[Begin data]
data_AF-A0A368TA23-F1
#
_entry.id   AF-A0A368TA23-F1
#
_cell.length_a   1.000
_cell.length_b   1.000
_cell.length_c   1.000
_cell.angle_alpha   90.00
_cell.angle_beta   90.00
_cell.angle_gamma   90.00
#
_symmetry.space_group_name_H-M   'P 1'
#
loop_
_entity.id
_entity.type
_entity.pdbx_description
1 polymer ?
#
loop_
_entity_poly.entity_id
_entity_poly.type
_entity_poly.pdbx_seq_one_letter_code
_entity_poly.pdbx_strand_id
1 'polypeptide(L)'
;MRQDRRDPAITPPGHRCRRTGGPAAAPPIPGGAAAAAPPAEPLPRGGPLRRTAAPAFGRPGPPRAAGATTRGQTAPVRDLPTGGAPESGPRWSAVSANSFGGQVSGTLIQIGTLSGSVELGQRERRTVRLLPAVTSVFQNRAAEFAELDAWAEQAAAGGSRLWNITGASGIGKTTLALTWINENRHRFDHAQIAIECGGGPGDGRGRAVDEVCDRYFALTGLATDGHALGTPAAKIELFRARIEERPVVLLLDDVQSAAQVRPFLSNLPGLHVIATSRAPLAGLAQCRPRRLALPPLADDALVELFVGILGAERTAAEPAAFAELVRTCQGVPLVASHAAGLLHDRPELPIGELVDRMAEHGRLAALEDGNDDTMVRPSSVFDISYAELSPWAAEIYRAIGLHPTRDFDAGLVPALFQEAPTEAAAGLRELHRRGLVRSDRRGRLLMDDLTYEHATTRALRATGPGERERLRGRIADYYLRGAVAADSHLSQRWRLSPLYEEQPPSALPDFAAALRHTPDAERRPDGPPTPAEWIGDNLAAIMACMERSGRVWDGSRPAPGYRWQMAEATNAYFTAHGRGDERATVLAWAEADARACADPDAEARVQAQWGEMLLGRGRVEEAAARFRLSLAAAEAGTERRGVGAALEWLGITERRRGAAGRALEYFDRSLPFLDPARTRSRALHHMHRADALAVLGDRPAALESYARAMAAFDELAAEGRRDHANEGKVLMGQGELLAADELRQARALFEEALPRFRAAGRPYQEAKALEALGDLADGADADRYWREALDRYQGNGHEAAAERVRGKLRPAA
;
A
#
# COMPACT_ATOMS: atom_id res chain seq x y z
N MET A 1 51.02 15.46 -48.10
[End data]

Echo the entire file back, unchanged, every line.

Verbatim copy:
data_AF-A0A368TA23-F1
#
_entry.id   AF-A0A368TA23-F1
#
_cell.length_a   1.000
_cell.length_b   1.000
_cell.length_c   1.000
_cell.angle_alpha   90.00
_cell.angle_beta   90.00
_cell.angle_gamma   90.00
#
_symmetry.space_group_name_H-M   'P 1'
#
loop_
_entity.id
_entity.type
_entity.pdbx_description
1 polymer ?
#
loop_
_entity_poly.entity_id
_entity_poly.type
_entity_poly.pdbx_seq_one_letter_code
_entity_poly.pdbx_strand_id
1 'polypeptide(L)'
;MRQDRRDPAITPPGHRCRRTGGPAAAPPIPGGAAAAAPPAEPLPRGGPLRRTAAPAFGRPGPPRAAGATTRGQTAPVRDLPTGGAPESGPRWSAVSANSFGGQVSGTLIQIGTLSGSVELGQRERRTVRLLPAVTSVFQNRAAEFAELDAWAEQAAAGGSRLWNITGASGIGKTTLALTWINENRHRFDHAQIAIECGGGPGDGRGRAVDEVCDRYFALTGLATDGHALGTPAAKIELFRARIEERPVVLLLDDVQSAAQVRPFLSNLPGLHVIATSRAPLAGLAQCRPRRLALPPLADDALVELFVGILGAERTAAEPAAFAELVRTCQGVPLVASHAAGLLHDRPELPIGELVDRMAEHGRLAALEDGNDDTMVRPSSVFDISYAELSPWAAEIYRAIGLHPTRDFDAGLVPALFQEAPTEAAAGLRELHRRGLVRSDRRGRLLMDDLTYEHATTRALRATGPGERERLRGRIADYYLRGAVAADSHLSQRWRLSPLYEEQPPSALPDFAAALRHTPDAERRPDGPPTPAEWIGDNLAAIMACMERSGRVWDGSRPAPGYRWQMAEATNAYFTAHGRGDERATVLAWAEADARACADPDAEARVQAQWGEMLLGRGRVEEAAARFRLSLAAAEAGTERRGVGAALEWLGITERRRGAAGRALEYFDRSLPFLDPARTRSRALHHMHRADALAVLGDRPAALESYARAMAAFDELAAEGRRDHANEGKVLMGQGELLAADELRQARALFEEALPRFRAAGRPYQEAKALEALGDLADGADADRYWREALDRYQGNGHEAAAERVRGKLRPAA
;
A
#
# COMPACT_ATOMS: atom_id res chain seq x y z
N MET A 1 51.02 15.46 -48.10